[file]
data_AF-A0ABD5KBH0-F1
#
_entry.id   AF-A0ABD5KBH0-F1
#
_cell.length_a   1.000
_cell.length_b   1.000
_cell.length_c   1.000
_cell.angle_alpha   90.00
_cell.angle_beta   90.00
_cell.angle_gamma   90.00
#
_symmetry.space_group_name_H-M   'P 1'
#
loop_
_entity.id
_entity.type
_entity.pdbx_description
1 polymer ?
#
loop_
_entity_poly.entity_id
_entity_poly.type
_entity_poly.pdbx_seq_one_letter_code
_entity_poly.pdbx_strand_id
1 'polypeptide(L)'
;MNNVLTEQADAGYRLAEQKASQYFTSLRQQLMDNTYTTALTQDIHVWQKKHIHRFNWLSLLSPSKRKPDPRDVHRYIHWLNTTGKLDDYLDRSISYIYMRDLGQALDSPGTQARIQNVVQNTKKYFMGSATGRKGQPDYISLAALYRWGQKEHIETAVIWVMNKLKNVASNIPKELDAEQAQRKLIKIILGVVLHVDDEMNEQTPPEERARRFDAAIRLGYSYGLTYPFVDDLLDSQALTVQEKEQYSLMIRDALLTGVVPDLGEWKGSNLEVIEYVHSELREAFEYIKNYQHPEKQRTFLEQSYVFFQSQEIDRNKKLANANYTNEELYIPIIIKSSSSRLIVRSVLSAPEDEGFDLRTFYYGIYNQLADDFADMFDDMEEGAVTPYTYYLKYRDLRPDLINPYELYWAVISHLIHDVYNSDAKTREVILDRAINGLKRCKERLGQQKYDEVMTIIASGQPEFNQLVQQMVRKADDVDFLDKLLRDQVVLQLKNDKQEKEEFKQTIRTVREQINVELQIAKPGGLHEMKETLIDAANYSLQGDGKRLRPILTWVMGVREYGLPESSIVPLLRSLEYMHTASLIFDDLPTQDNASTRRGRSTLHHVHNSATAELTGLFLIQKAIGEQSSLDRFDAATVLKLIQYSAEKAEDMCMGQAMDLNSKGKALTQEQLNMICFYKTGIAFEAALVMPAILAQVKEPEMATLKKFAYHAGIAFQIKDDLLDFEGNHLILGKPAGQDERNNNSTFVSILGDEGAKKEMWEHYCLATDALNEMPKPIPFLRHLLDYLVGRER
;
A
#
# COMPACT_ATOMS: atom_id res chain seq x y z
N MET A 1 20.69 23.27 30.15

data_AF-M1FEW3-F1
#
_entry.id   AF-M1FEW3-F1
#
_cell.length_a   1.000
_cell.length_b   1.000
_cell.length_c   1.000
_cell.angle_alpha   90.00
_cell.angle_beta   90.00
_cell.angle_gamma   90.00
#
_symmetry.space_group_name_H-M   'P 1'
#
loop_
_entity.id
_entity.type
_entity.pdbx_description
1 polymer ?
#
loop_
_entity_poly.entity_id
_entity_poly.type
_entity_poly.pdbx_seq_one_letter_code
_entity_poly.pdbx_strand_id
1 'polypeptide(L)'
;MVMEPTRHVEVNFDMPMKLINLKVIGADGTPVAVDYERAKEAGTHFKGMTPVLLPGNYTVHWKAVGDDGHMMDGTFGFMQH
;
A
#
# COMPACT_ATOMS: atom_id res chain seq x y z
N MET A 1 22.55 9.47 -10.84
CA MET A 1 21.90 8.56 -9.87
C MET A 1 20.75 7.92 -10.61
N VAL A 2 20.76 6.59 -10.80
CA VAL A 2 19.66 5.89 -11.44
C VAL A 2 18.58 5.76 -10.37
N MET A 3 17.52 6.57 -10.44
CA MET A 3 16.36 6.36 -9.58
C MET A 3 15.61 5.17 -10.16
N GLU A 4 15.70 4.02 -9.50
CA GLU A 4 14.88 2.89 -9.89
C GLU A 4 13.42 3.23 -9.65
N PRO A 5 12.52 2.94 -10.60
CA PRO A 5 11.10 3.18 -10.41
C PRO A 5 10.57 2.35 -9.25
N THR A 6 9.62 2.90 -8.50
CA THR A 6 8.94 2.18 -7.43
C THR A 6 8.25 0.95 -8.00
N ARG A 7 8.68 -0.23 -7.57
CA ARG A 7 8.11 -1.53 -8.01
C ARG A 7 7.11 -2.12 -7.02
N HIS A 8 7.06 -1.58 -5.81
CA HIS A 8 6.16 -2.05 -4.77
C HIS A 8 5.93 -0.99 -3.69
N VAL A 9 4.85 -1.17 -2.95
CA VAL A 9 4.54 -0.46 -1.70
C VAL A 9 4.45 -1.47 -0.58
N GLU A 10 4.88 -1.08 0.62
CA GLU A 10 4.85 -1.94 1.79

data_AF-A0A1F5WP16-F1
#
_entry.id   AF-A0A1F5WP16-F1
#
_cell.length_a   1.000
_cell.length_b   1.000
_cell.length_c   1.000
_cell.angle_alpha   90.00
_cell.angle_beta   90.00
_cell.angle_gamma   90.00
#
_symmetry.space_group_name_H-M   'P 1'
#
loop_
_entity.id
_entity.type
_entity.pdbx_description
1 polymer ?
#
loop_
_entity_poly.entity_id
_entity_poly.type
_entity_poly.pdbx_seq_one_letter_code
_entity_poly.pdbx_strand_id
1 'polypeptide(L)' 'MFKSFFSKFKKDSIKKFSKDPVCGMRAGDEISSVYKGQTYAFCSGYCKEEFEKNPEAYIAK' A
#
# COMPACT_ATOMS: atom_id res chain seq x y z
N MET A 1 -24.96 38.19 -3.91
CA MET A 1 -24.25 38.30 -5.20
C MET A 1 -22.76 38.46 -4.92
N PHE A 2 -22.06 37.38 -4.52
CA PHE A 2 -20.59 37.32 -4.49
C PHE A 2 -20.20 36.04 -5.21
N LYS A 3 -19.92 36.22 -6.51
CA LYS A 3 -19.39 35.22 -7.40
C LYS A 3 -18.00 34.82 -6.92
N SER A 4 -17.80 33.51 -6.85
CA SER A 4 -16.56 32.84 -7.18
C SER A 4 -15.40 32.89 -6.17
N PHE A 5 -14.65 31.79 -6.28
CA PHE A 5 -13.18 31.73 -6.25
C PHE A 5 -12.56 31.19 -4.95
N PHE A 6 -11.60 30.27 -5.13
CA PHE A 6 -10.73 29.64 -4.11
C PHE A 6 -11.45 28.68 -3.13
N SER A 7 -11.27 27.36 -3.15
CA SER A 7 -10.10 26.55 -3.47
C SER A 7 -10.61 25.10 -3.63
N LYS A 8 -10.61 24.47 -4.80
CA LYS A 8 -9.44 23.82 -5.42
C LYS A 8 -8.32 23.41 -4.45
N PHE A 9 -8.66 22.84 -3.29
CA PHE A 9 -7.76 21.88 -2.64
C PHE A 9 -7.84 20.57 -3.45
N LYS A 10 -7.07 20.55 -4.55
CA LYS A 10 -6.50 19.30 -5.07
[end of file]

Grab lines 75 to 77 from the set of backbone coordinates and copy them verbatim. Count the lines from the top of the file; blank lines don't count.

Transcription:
CA PRO A 5 11.10 3.18 -10.41
C PRO A 5 10.57 2.35 -9.25
N THR A 6 9.62 2.90 -8.50